Retailers need to disrupt last-mile delivery if they want to succeed in online grocery market
Greater investment in ‘last mile’ delivery – the final leg of the online purchase journey before a product lands in the customer’s hands – is needed if retailers want to uncover new revenue streams, according to a recent report by Capgemini.
In a study entitled 'The Last-Mile Delivery Challenge: Giving retail and consumer product customers a superior delivery experience without hurting profitability', Capgemini surveyed over 2,870 consumers as well as 500 supply chain executives, and entrepreneurs and industry leaders,
The study found that 97% of organisations believe that current last-mile delivery models are unsustainable for full-scale implementation across all locations.
It also reported that three in four customers would increase spend and shopping frequency in return for timely online grocery deliveries.
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To tackle the challenge of last-mile delivery, respondents highlighted how back-room automation could potentially increase profit margins by 14% by reducing the cost of click-and-collect orders and deliveries from the store.
On top of this, half of customers said they are willing to use innovative services like smartlocks where deliveries can be made when no one is at home.
Interestingly, Capgemini also pointed out how 65% of customers use alternative grocery delivery services – such as Google Express, Instacart or Ocado – for better services than from traditional retailers.
The volume of online grocery orders is set to increase rapidly in the coming years, according to the report. Today 40% of customers already order groceries online from retailers (at least once a week or multiple times) and this is expected to grow to 55% by 2021.
Additionally, 40% of customers say that delivery services as a “must have” when purchasing food and grocery products, with 1 in 5 (20%) prepared to switch retailers if this is not provided.
Therefore, technology and automation services could play a pivotal role in last-mile delivery success.
“Today customers are neither satisfied with the quality of delivery services nor willing to bear the total cost of last-mile delivery,” said Tim Bridges, Global Sector Lead, Consumer Products and Retail Distribution, Capgemini.
“Therefore, the dilemma facing retailers is to provide last-mile delivery services that customers value, without damaging their own profitability.
“If done right, and their last-mile experience can win over customer satisfaction, retailers stand to gain loyalty, increased purchase value and frequency, while mitigating profitability risk through automation and optimization of fulfilment locations.”
Grupo Espinosa: 70 years of constant evolution
Founded in 1952, Grupo Espinosa has been relentlessly supporting the publishing industry with producing more than 100 million copies every year – whether its books, magazines, catalogues or single-order custom prints. No project is big or small for Grupo Espinosa, as the facility can scale up on demand and their turnaround times are highly competitive. Grupo Espinosa works with on-demand digital press or offset press, in paperback with glued softcover binding, PUR softcover binding, stitched paperback binding, binder’s board, hardcover, saddle stitched, Spiral or Wire-O. Equipped with the experience needed for a product to leave the plant ready for distribution, Grupo Espinosa delivers anywhere inside or outside Mexico. Traditionally starting off as a black and white printing press, Grupo Espinosa has experienced transformation first hand – from colour to digital offset printing. Currently, Grupo Espinosa is also looking at making capital investments into audio books to match with the increasing demand.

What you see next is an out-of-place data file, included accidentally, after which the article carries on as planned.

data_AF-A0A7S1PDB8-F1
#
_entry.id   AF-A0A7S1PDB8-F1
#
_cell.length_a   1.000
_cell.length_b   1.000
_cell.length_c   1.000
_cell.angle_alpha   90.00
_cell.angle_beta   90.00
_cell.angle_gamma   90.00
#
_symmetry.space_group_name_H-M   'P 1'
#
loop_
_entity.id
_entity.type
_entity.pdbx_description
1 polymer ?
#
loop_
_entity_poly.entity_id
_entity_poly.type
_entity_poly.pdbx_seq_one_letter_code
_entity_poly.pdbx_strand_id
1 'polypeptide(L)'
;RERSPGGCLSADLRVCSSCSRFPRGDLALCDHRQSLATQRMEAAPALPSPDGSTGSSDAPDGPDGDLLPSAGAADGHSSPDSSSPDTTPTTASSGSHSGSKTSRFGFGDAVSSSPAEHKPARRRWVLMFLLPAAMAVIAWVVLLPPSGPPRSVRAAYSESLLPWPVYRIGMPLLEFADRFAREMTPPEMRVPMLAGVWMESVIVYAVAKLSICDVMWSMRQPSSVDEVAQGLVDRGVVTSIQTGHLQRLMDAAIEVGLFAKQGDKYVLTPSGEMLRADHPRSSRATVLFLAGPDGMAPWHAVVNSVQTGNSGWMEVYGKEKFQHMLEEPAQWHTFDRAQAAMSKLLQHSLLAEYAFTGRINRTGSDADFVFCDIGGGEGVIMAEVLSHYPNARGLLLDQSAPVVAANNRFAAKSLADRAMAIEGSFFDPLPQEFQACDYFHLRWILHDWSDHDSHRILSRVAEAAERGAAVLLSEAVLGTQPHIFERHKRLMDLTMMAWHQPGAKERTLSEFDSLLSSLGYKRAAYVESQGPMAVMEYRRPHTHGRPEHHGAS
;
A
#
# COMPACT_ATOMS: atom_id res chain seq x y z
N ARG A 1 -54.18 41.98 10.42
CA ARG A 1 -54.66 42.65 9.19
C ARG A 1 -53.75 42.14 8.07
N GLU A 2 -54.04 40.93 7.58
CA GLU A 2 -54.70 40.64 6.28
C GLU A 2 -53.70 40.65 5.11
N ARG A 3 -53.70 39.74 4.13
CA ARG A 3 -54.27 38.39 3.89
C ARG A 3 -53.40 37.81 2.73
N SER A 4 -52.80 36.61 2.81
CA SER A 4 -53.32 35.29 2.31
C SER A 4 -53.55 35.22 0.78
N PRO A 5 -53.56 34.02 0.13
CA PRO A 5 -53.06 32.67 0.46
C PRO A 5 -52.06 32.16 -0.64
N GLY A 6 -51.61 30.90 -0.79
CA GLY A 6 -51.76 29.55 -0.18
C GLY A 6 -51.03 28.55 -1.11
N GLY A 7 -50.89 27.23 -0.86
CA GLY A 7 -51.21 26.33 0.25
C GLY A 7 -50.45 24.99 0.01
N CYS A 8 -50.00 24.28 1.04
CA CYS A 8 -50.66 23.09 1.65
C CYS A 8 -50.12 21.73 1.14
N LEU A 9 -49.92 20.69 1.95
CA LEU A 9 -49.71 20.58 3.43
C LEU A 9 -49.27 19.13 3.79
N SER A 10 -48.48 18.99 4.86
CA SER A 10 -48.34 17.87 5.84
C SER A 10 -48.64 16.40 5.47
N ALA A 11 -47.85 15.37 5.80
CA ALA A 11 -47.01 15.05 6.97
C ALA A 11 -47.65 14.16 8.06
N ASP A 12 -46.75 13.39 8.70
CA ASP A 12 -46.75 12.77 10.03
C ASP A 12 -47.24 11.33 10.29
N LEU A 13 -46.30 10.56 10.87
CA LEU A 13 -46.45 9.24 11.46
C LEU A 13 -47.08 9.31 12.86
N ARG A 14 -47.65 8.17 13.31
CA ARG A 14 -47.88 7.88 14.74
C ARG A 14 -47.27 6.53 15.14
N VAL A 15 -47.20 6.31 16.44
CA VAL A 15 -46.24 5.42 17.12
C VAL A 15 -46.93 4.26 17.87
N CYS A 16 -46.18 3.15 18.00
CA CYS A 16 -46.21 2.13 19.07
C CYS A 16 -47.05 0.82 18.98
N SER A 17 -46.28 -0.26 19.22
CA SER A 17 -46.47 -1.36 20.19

So how did a seemingly local operation in Latin America become a world-renowned printing facility trusted by hundreds of clients? As Rogelio Tirado, CFO of Grupo Espinosa for the last six years says “It all comes down to our market experience and our dedication to quality”. With nearly 70 years behind them, and located in Mexico City, Grupo Espinosa has two major locations – one spanning 75,000 square metres and the other about 45,000 square metres. Both locations are controlled by a single ERP (Enterprise Resource Planning) system ensuring speed, consistency and quality of work. Tirado says this isn’t their only competitive advantage. He adds “Our competitive advantage is the relationship we have with customers and the trust they put in us with their intellectual property”. Speaking of trust, global publishing giant Macmillan Education exclusively partners with Grupo Espinosa for their Latin America operations, as part of Macmillan’s decentralized hub strategy. Having a facility that offered the full spectrum of service – from storing digital content to printing and distributing – was one of the major requirements for Macmillan, and Grupo Espinosa was recognized as the leading printing hub for providing this 360 infrastructure. Another factor that has led to success for Grupo Espinosa is the absolute focus on quality and time. The staff are committed to providing the best quality in the best possible time, without causing wastage of resources. Sustainability is a huge factor playing into Grupo Espinosa’s operations, and they’ve created a healthy environment with the sustainable use of paper and energy resources as well as keeping their employees – most of them associated with the organisation for over 10 years – happy. He adds, “In order to be truly successful, you need to be good to the environment, employees, suppliers, and your customers. But most importantly, you need to be sustainable, you need to have proper working conditions, pay proper salaries, proper prices for paper, source the paper from sustainable sources, pay your taxes, basically be a good global corporate citizen and that's probably one of the biggest achievements that we have.”